"The NHS will last as long as there are folk left with the faith to fight for it"
Aneurin Bevan

Monday, 24 October 2011

Yet Another Lansley U-turn?

I thought it was a mistake for John Healey to be so effusive about Lansley in his speech to the Kings Fund earlier this year. In that speach Healey said

"No-one in the House of Commons knows more about the NHS than Andrew Lansley – except perhaps Stephen Dorrell. But Andrew Lansley spent six years in Opposition as shadow health secretary. No-one has visited more of the NHS. No-one has talked to more people who work in the NHS than Andrew Lansley."
Healey went on to say that "these are the wrong reforms at the wrong time", but the damage had been done, from this point onwards the Prime Minister would quote the first part "no-one knows more about the NHS than Lansley" and not the latter part "these are the wrong reforms at the wrong time". It was incompetent speech writing to compliment Lansley in any way at all, for he is wreaking irreparable damage to the NHS. And what's more, Lansley is extremely incompetent having entered the Department of Health with a totally unworkable policy that has had to be mutilated to make it work, replacing the existing workable policies with policies that barely work.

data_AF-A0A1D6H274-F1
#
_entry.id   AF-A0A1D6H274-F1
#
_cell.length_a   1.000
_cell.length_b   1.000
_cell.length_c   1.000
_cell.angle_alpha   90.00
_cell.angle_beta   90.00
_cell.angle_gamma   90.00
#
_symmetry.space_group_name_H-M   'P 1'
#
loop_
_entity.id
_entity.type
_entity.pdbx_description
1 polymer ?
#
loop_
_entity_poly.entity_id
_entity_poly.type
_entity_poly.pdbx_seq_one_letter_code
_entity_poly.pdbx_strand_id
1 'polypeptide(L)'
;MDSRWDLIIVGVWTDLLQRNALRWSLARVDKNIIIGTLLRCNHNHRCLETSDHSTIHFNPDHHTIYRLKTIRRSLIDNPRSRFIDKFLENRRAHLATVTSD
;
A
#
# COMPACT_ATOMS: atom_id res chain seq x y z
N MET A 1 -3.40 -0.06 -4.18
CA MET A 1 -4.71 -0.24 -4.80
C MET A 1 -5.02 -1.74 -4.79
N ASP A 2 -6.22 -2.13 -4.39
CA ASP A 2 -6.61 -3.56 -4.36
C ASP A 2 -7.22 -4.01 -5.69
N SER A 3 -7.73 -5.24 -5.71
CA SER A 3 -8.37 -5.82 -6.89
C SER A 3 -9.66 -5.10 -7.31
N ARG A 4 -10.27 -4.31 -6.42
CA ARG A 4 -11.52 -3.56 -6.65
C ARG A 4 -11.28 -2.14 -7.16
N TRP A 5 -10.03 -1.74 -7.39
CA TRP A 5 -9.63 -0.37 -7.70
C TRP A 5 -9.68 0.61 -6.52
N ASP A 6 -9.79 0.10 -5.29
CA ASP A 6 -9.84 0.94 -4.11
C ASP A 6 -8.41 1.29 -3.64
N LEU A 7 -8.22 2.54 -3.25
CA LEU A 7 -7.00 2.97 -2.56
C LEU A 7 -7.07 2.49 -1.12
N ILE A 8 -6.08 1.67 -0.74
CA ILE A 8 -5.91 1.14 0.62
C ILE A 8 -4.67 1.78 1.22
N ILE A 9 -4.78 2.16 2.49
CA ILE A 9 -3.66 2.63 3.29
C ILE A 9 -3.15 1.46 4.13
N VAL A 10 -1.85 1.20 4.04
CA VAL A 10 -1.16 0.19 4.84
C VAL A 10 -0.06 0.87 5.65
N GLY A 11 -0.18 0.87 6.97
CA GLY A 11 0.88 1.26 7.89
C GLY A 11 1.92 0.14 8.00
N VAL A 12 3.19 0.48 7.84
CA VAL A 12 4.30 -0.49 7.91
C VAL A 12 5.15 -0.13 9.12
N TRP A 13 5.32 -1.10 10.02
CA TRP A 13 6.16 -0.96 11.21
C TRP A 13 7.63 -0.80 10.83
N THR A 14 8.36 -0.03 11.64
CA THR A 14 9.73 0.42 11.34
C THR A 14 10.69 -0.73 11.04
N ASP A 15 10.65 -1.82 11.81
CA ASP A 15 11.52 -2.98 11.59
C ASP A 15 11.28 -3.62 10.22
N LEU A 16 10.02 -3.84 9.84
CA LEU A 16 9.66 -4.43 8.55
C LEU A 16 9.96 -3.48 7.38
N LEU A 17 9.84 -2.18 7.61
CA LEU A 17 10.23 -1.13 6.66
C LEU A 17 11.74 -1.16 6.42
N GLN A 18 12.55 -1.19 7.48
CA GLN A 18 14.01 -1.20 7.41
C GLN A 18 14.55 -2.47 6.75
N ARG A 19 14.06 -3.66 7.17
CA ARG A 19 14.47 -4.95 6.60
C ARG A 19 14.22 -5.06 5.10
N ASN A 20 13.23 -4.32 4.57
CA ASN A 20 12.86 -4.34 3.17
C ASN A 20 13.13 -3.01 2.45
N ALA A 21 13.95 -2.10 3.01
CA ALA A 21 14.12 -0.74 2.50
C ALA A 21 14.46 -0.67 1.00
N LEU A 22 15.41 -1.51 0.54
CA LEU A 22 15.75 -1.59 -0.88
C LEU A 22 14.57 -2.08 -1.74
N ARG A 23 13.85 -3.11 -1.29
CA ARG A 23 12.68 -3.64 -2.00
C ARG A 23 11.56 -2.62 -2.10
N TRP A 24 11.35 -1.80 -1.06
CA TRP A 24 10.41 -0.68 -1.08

One example of this is GP practice boundaries. Consistently, over the last year, Lansley has defended his plan to give patients choice over GPs. A year ago, this choice could be any GP anywhere in England, which lead to some commentators speculating that GPs who looked favourably on complimentary treatments would get patients from all over the country. Lansley had deliberately avoided mandating that GP Consortia should cover practices from a geographical area so it could have been possible for a consortia to cover GP practices from all over the country. The Future Forum recognised that this was nonsense and reluctantly Lansley changed this policy to say that Clinical Commissioning Groups must cover a geographical area and preferably those practices within a local authority boundaries.